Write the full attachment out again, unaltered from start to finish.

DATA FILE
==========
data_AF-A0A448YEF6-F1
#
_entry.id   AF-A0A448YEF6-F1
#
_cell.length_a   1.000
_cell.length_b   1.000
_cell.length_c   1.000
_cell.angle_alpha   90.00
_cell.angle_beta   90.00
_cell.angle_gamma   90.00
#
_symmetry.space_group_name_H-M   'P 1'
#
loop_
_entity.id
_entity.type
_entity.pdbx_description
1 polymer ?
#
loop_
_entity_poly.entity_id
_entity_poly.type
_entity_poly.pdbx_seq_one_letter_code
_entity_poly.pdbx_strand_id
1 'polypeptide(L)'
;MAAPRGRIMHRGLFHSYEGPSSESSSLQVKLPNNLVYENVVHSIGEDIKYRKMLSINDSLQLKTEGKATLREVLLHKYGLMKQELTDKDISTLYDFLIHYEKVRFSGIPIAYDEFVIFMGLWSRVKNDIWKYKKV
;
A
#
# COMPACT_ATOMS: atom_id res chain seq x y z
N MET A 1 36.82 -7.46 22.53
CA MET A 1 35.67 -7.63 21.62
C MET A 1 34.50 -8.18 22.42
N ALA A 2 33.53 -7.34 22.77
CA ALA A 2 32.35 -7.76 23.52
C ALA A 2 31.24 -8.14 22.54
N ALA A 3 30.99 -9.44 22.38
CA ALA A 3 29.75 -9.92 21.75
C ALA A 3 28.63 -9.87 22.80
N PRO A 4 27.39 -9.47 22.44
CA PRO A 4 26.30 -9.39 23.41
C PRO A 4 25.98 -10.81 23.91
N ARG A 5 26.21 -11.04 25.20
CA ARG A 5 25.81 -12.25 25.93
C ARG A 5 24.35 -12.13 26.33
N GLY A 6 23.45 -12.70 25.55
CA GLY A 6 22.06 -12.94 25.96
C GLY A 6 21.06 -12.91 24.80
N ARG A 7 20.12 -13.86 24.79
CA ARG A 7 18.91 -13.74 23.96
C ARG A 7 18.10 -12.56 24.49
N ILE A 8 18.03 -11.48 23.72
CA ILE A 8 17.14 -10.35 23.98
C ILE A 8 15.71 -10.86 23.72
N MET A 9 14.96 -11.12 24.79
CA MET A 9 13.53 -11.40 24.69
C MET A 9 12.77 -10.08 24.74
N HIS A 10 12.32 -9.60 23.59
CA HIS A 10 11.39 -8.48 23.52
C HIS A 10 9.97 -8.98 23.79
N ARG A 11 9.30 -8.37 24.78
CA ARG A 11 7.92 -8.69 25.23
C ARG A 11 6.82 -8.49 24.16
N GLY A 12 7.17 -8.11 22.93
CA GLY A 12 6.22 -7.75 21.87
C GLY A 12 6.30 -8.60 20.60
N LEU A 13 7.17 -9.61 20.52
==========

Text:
data_AF-A0A448YEF6-F1
#
_entry.id   AF-A0A448YEF6-F1
#
_cell.length_a   1.000
_cell.length_b   1.000
_cell.length_c   1.000
_cell.angle_alpha   90.00
_cell.angle_beta   90.00
_cell.angle_gamma   90.00
#
_symmetry.space_group_name_H-M   'P 1'
#
loop_
_entity.id
_entity.type
_entity.pdbx_description
1 polymer ?
#
loop_
_entity_poly.entity_id
_entity_poly.type
_entity_poly.pdbx_seq_one_letter_code
_entity_poly.pdbx_strand_id
1 'polypeptide(L)'
;MAAPRGRIMHRGLFHSYEGPSSESSSLQVKLPNNLVYENVVHSIGEDIKYRKMLSINDSLQLKTEGKATLREVLLHKYGLMKQELTDKDISTLYDFLIHYEKVRFSGIPIAYDEFVIFMGLWSRVKNDIWKYKKV
;
A
#
# COMPACT_ATOMS: atom_id res chain seq x y z
N MET A 1 36.82 -7.46 22.53
CA MET A 1 35.67 -7.63 21.62
C MET A 1 34.50 -8.18 22.42
N ALA A 2 33.53 -7.34 22.77
CA ALA A 2 32.35 -7.76 23.52
C ALA A 2 31.24 -8.14 22.54
N ALA A 3 30.99 -9.44 22.38
CA ALA A 3 29.75 -9.92 21.75
C ALA A 3 28.63 -9.87 22.80
N PRO A 4 27.39 -9.47 22.44
CA PRO A 4 26.30 -9.39 23.41
C PRO A 4 25.98 -10.81 23.91
N ARG A 5 26.21 -11.04 25.20
CA ARG A 5 25.81 -12.25 25.93
C ARG A 5 24.35 -12.13 26.33
N GLY A 6 23.45 -12.70 25.55
CA GLY A 6 22.06 -12.94 25.96
C GLY A 6 21.06 -12.91 24.80
N ARG A 7 20.12 -13.86 24.79
CA ARG A 7 18.91 -13.74 23.96
C ARG A 7 18.10 -12.56 24.49
N ILE A 8 18.03 -11.48 23.72
CA ILE A 8 17.14 -10.35 23.98
C ILE A 8 15.71 -10.86 23.72
N MET A 9 14.96 -11.12 24.79
CA MET A 9 13.53 -11.40 24.69
C MET A 9 12.77 -10.08 24.74
N HIS A 10 12.32 -9.60 23.59
CA HIS A 10 11.39 -8.48 23.52
C HIS A 10 9.97 -8.98 23.79
N ARG A 11 9.30 -8.37 24.78
CA ARG A 11 7.92 -8.69 25.23
C ARG A 11 6.82 -8.49 24.16
N GLY A 12 7.17 -8.11 22.93
CA GLY A 12 6.22 -7.75 21.87
C GLY A 12 6.30 -8.60 20.60
N LEU A 13 7.17 -9.61 20.52